Zürich / Zurich to Frankfurt by train

How to take the rail journey from Zurich to Frankfurt (Main)

The German national rail operator DB provides a similar level of service to the cities of northern Switzerland as it does to many destinations in Germany, hence the latest type of the super-smart ICE trains are now used on this route.
Though only a small percentage of this journey is on a high speed line.



From Zürich HB / Zurich main station to Frankfurt Main Hbf

Travel Information

These trains will depart from the street level platforms/tracks at Zurich HB - gleis 3 - 18.

There is an additional IC train that departs from Zurich an hour after the final ICE train (it is attached to the overnight train heading to Berlin).
Avoid it if you can as it is 50 mins slower and usually costs the same price as these ICE trains.

Final Destination:
Until March 30th: Hamburg or Kiel
From April 1st: Berlin

All trains also call at: Basel Bad Bf, Freiburg and Karlsruhe

Until March 30th
Mon -Sat = 7 x trains per day
Sunday= 6 x trains

April 1st - June 10th
4 x trains per day

June 11th - December 9th
5 x trains per day

Additional connections will be available by changing trains at Basel SBB


Book early and save: Yes

Online bookings usually open: 6 months ahead of the travel date

On the DB booking site look for journeys that have:

  • 0 in the Chg. column
  • ICE (and only ICE) in the Products column.

Trains departing at different times can be cheaper than others leaving on the same day, so you may need to look through the day's departures to find the cheapest fares.
Use the earlier/later buttons to search for the cheapest ticket prices.

Seat reservations

Reservations are recommended for this journey; book a 1st class ticket on DB Bahn and your seat will be assigned, but not in 2nd class.
They can also be booked separately at a later date on the DB website.

Using rail passes

For rail pass users reservations are optional, but if you do choose to reserve (recommended) book the reservation online on DB Bahn and avoid the booking fees you would be charged at the station in Switzerland.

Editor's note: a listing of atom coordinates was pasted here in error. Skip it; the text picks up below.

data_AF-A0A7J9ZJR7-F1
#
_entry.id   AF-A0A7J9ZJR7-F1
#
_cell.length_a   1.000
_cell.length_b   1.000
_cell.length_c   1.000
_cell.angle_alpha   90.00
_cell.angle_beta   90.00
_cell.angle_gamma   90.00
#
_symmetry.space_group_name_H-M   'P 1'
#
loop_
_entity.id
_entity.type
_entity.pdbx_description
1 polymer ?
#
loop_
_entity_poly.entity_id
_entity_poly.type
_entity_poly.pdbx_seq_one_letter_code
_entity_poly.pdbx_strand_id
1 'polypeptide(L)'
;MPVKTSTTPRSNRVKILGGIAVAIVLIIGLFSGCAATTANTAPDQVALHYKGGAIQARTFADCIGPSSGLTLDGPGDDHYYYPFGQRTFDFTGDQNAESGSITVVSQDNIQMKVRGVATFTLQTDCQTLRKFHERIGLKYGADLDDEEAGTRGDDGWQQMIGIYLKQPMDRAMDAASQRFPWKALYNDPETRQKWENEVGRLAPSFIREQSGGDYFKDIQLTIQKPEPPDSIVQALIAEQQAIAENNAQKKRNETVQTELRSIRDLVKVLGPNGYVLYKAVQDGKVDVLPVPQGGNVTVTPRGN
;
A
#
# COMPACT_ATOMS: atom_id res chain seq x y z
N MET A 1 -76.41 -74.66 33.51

Where to book
Ticket Provider Approximate Cost
DB from €19.90

DB Guide

DB is the national railway operator in Germany, so its website can be used for booking journeys by German express trains; the ICE and IC trains and it doesn't charge booking fees.
It also sells tickets for journeys by direct trains on all international routes from Germany regardless of whether DB is operating the train service.

It also sells an extensive range of end-to-end journeys which involve making connections both within Germany and in neighboring countries, but journeys between Germany and Britain cannot be booked on DB.

A key feature of DB website worth keeping mind is that it offers 1st class ticket purchasers complimentary seat reservations on journeys both within and to/from Germany.
Seat reservations for daytime in both 1st and 2nd class can also be booked separately from tickets.

Two types of ticket have recently been made available;

  1. Cheaper 'Young' tickets which can only be booked by those aged 15-26 on the travel date.
  2. Flexi Plus tickets, which are now the most expensive type of ticket, but they're the only type of 2nd class tickets which DO include a seat reservation.
Trainline from €19.90

Trainline Guide

Save A Train from €19.90

Save A Train Guide

Happy rail from €19.90

Happy rail Guide

Happy Rail is a Netherlands rail ticket agency which sells tickets for both national and international journeys within a range of countries including Belgium France, Germany, Sweden, Switzerland.

HappyRail doesn't charge booking fees in the conventional sense, but if you're not Dutch you can expect to pay additional transaction fees, which will be added to the total cost.
That's because the most common form of online payment used in The Netherlands is 'iDEAL' and HappyRail doesn't charge a transaction fee for 'iDEAL' payments, but only Dutch residents can sign up to 'iDEAL'.
Other forms of payment include Visa debit cards will incur a fee.

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